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KEDA + Kafka: Improve performance by 62.15% at peak loads

KEDA + Kafka: Improve performance by 62.15% at peak loads

by Sharad Regoti & Zbynek Roubalik, Founder & CTO, Kedify

December 18, 2023


Apache Kafka has become the de facto standard for handling large data streams, known for its high throughput and scalability. It now serves as the backbone for a range of applications, particularly in microservices where it is used to decouple microservice communication.

However, operating Kafka is not without its complexities. The challenges span across Kafka servers, producers and most notably its consumers.

Consumer challenges range from handling large volumes of incoming data during peak traffic periods to ensuring consistent throughput during low activity. This dynamic nature of incoming data influences consumer lag (measures the delay between message production and consumption), further impacting resource utilization and operational costs.

In modern cloud-native environments, Kafka consumers are increasingly deployed within Kubernetes. This setup offers benefits in scalability and deployment ease but also introduces the need for sophisticated scaling strategies that can adapt to the volatile nature of Kafka’s data streams.

This is where Kubernetes Event-Driven Autoscaling (KEDA) comes into play. KEDA extends Kubernetes capabilities by allowing event-driven auto scaling. When integrated with Kafka, KEDA enables the consumer applications to scale out or in automatically based on actual workload.

This blog post demonstrates how KEDA enhances Kafka consumer performance & overall resource utilization.


  • Kubernetes Cluster: We will deploy KEDA & Kafka in a Kubernetes cluster. We will be using an EKS cluster, but any cluster will suffice.
  • Kubectl and Helm CLI: Installed on your local machine.

Getting Started

Consumer lag in Kafka allows you to monitor the delay between the offset consumed by your consumers and the offset of the most recently added messages. When the lag is growing, it indicates that the consumers are slower than the producers. If your applications are supposed to work in near real-time, consumer lag should be a small value.

NOTE: There is no ideal value for consumer lag, it depends on the use case & what is your permissible value, but regardless it should be a small value.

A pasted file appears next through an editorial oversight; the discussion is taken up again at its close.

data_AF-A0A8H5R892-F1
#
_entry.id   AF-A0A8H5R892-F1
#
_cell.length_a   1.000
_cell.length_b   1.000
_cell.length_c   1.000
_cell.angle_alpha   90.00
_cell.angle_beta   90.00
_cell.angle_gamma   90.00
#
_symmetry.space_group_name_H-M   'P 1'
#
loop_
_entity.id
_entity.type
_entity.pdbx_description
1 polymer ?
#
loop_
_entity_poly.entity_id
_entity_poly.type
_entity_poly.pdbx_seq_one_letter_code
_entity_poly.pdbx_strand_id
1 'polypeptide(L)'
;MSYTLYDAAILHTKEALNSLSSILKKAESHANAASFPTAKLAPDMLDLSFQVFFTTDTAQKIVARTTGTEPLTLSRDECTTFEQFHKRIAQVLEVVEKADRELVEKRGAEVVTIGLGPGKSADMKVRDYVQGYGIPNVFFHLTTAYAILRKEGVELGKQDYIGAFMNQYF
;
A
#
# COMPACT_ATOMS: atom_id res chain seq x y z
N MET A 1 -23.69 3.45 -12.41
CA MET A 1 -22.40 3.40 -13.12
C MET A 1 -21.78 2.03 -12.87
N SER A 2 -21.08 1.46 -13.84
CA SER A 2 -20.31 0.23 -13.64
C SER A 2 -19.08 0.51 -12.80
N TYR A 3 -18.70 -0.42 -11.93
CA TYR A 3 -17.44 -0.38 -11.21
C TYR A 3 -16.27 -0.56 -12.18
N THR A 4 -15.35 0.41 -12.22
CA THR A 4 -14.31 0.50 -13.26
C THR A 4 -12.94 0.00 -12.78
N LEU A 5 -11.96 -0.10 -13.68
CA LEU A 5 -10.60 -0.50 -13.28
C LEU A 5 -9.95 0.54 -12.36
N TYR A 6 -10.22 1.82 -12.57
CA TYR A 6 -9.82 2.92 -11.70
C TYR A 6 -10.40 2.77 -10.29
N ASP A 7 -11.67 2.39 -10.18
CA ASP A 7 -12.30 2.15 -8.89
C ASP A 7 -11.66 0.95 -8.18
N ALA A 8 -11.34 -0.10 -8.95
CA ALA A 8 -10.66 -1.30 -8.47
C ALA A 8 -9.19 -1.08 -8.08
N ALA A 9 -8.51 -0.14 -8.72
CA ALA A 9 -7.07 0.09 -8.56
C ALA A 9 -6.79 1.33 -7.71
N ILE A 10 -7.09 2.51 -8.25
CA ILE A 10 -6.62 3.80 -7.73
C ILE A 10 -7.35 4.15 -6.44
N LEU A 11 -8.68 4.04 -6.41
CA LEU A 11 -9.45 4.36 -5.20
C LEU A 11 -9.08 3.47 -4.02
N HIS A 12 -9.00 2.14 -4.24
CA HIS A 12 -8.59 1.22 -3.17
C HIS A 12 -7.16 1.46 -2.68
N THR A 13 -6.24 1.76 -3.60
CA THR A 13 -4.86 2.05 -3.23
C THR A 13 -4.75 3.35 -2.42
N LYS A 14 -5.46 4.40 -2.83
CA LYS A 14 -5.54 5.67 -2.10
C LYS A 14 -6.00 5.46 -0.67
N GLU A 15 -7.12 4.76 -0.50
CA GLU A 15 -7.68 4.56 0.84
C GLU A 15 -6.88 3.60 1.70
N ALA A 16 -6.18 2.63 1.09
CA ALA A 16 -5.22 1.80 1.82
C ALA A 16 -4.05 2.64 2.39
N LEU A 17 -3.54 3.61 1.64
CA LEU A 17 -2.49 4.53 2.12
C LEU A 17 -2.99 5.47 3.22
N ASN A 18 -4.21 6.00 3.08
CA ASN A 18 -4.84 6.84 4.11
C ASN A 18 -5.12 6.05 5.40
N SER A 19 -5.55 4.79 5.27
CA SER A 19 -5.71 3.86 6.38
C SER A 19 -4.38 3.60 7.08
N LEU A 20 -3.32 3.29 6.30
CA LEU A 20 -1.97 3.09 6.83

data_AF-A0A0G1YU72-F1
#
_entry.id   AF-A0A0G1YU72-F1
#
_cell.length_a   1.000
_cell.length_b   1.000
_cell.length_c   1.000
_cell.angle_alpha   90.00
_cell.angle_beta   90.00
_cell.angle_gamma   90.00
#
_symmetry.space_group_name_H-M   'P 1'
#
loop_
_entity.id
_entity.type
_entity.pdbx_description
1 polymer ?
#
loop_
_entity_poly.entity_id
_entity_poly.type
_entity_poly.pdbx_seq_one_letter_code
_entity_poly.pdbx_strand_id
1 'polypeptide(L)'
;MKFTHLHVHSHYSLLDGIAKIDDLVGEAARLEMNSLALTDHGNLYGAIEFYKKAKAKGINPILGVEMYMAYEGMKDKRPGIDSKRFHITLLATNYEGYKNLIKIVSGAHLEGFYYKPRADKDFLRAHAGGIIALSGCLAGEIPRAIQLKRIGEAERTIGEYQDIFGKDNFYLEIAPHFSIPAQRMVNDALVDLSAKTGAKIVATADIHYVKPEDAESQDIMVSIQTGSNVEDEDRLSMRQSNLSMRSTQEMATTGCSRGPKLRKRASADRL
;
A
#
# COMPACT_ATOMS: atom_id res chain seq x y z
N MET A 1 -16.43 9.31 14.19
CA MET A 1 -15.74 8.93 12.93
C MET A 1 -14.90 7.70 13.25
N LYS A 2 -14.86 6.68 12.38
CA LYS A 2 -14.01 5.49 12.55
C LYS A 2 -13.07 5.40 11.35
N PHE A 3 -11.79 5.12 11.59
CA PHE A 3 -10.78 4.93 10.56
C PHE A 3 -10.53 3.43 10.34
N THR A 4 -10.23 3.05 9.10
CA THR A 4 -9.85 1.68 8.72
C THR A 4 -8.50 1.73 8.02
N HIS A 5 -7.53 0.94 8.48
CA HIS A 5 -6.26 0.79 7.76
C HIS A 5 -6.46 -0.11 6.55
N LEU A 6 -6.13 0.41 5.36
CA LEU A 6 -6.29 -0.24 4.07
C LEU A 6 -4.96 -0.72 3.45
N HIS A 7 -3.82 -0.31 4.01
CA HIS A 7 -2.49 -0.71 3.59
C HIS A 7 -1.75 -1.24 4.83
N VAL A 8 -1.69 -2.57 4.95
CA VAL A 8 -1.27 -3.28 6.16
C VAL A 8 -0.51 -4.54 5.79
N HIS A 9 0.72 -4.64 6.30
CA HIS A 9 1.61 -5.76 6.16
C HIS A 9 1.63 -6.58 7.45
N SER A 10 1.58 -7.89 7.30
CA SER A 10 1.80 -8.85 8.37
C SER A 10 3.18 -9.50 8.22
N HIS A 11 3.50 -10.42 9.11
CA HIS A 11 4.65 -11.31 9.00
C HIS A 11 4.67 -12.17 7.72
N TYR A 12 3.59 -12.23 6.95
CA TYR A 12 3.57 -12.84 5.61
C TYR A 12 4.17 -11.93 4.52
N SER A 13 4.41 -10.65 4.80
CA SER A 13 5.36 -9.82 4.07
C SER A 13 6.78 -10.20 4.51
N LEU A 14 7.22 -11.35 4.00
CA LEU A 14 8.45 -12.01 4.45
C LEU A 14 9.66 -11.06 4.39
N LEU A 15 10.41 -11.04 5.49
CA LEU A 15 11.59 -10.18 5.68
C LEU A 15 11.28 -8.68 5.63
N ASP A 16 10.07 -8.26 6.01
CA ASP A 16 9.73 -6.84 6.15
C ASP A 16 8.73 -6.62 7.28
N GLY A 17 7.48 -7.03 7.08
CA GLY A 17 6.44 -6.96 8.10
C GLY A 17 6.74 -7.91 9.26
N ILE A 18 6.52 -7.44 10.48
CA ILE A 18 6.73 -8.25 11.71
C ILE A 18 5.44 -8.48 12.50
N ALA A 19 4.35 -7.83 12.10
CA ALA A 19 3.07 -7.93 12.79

Consumer lag is a direct indication of how effectively your consumers process incoming data. In our experiment, we’ll examine two distinct scenarios:

  1. Consumer Lag Without KEDA (Constant Replicas): Here, the Kafka consumer application operates with a fixed number of replicas. We’ll observe the consumer lag when the Kafka producer application generates messages at a constant rate (10 messages per second). This setup will provide us with a baseline for consumer lag in a static environment.

  2. Consumer Lag With KEDA (Dynamic Scaling): In this scenario, we’ll employ KEDA to dynamically scale the consumer replicas based on real-time consumer lag. By setting a threshold for consumer lag, KEDA will adjust the number of consumer replicas to efficiently process the incoming data. We’ll again have the Kafka producer generate messages at the same rate as in the first scenario.

We will measure the average consumer lag in both scenarios. This comparison will illustrate the impact of using KEDA for dynamic scaling versus a static number of consumer replicas.

To begin with, let’s proceed to set up our Kafka cluster and consumer application.

Getting Up To Speed

Let’s start with an initial configuration that sets up the Kafka cluster, producer & consumer application as shown in the below image.


  1. Clone the Example Repository
Terminal window
git clone
cd blogs/keda_kafka_improve_performance
  1. Setup Kafka Cluster In Kubernetes

The below command creates a Kafka namespace & installs Strimzi Kafka operator in it.

Terminal window
kubectl create namespace kafka
kubectl create -f '' -n kafka

Once the operator is in running state, execute the below command to create a Kafka cluster. The below configuration utilizes the Kafka CRD of the Strimzi operator and creates a cluster called my-cluster.

Terminal window
kubectl apply -f kafka.yaml

The cluster takes 2-3 minutes to be in running state, you can check status using the below command. Wait till the ready column in the output is set to true & all pods are up & running.

Terminal window
watch kubectl get -n kafka
  1. Create Kafka Topics

The below command creates a Kafka topic called my-topic by utilizing KafkaTopic CRD provided by the Strimzi operator.

Terminal window
kubectl apply -f topic.yaml
  1. Setup Kafka Consumer & Producer Applications

With Kafka up and running, let’s deploy Kafka consumer and producer applications. Use the below command to deploy a consumer application.

Terminal window
kubectl apply -f consumer.yaml

Once the consumer is up, send messages to the Kafka server using the producer application to test the consumer.

Terminal window
kubectl create -f producer.yaml

Check the logs of the consumer using the below command to test if the setup is working fine.

Terminal window
kubectl logs -f deployment.apps/kafka-amqstreams-consumer

Monitoring and Optimizing Performance

With consumer & producer application up & running, Lets setup monitoring to observe the impact on Consumer Lag.


  1. Prometheus Monitoring Setup

Once the Kafka cluster is up & running, install Prometheus & Grafana in the cluster using the below helm chart.

Terminal window
helm repo add prometheus-community [_](
helm install prometheus-stack prometheus-community/kube-prometheus-stack -n monitoring --create-namespace